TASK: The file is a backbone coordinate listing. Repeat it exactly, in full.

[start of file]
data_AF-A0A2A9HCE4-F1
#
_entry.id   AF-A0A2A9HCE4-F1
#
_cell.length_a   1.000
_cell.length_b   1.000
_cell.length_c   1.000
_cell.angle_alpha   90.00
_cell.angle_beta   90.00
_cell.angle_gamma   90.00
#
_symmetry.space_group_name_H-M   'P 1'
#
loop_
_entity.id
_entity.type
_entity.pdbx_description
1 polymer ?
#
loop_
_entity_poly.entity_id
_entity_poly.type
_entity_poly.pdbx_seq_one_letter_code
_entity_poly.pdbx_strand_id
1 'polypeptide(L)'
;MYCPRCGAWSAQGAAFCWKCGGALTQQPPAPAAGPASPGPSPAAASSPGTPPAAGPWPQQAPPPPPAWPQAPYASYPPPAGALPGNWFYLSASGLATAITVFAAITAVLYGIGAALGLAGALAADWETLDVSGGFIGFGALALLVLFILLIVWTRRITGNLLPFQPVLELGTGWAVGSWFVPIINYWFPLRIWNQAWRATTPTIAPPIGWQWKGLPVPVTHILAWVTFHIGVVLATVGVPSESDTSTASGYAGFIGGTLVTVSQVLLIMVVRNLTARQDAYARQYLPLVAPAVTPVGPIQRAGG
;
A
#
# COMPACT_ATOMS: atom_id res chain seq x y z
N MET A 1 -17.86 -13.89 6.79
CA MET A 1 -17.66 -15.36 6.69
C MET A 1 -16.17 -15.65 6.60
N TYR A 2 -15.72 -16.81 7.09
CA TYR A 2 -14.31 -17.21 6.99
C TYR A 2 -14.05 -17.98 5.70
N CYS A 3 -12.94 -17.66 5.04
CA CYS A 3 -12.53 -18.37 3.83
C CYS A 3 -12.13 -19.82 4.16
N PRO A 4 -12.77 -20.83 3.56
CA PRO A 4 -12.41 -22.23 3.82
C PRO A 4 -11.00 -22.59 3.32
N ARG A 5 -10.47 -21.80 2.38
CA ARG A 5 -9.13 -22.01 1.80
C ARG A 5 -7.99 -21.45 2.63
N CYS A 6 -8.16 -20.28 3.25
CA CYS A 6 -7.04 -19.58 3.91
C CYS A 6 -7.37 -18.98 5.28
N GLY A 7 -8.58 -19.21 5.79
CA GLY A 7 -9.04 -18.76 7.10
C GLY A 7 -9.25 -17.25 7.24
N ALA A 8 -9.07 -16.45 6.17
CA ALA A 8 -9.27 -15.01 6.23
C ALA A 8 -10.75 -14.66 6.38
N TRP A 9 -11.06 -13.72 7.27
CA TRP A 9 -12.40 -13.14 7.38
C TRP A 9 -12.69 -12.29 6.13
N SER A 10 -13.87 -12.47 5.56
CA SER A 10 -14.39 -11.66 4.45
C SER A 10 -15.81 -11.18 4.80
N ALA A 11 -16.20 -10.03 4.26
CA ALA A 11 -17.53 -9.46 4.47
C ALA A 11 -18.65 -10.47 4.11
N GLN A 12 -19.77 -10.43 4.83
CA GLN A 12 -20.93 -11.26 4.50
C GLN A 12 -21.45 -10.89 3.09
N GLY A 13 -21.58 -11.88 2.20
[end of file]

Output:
data_AF-A0A2A9HCE4-F1
#
_entry.id   AF-A0A2A9HCE4-F1
#
_cell.length_a   1.000
_cell.length_b   1.000
_cell.length_c   1.000
_cell.angle_alpha   90.00
_cell.angle_beta   90.00
_cell.angle_gamma   90.00
#
_symmetry.space_group_name_H-M   'P 1'
#
loop_
_entity.id
_entity.type
_entity.pdbx_description
1 polymer ?
#
loop_
_entity_poly.entity_id
_entity_poly.type
_entity_poly.pdbx_seq_one_letter_code
_entity_poly.pdbx_strand_id
1 'polypeptide(L)'
;MYCPRCGAWSAQGAAFCWKCGGALTQQPPAPAAGPASPGPSPAAASSPGTPPAAGPWPQQAPPPPPAWPQAPYASYPPPAGALPGNWFYLSASGLATAITVFAAITAVLYGIGAALGLAGALAADWETLDVSGGFIGFGALALLVLFILLIVWTRRITGNLLPFQPVLELGTGWAVGSWFVPIINYWFPLRIWNQAWRATTPTIAPPIGWQWKGLPVPVTHILAWVTFHIGVVLATVGVPSESDTSTASGYAGFIGGTLVTVSQVLLIMVVRNLTARQDAYARQYLPLVAPAVTPVGPIQRAGG
;
A
#
# COMPACT_ATOMS: atom_id res chain seq x y z
N MET A 1 -17.86 -13.89 6.79
CA MET A 1 -17.66 -15.36 6.69
C MET A 1 -16.17 -15.65 6.60
N TYR A 2 -15.72 -16.81 7.09
CA TYR A 2 -14.31 -17.21 6.99
C TYR A 2 -14.05 -17.98 5.70
N CYS A 3 -12.94 -17.66 5.04
CA CYS A 3 -12.53 -18.37 3.83
C CYS A 3 -12.13 -19.82 4.16
N PRO A 4 -12.77 -20.83 3.56
CA PRO A 4 -12.41 -22.23 3.82
C PRO A 4 -11.00 -22.59 3.32
N ARG A 5 -10.47 -21.80 2.38
CA ARG A 5 -9.13 -22.01 1.80
C ARG A 5 -7.99 -21.45 2.63
N CYS A 6 -8.16 -20.28 3.25
CA CYS A 6 -7.04 -19.58 3.91
C CYS A 6 -7.37 -18.98 5.28
N GLY A 7 -8.58 -19.21 5.79
CA GLY A 7 -9.04 -18.76 7.10
C GLY A 7 -9.25 -17.25 7.24
N ALA A 8 -9.07 -16.45 6.17
CA ALA A 8 -9.27 -15.01 6.23
C ALA A 8 -10.75 -14.66 6.38
N TRP A 9 -11.06 -13.72 7.27
CA TRP A 9 -12.40 -13.14 7.38
C TRP A 9 -12.69 -12.29 6.13
N SER A 10 -13.87 -12.47 5.56
CA SER A 10 -14.39 -11.66 4.45
C SER A 10 -15.81 -11.18 4.80
N ALA A 11 -16.20 -10.03 4.26
CA ALA A 11 -17.53 -9.46 4.47
C ALA A 11 -18.65 -10.47 4.11
N GLN A 12 -19.77 -10.43 4.83
CA GLN A 12 -20.93 -11.26 4.50
C GLN A 12 -21.45 -10.89 3.09
N GLY A 13 -21.58 -11.88 2.20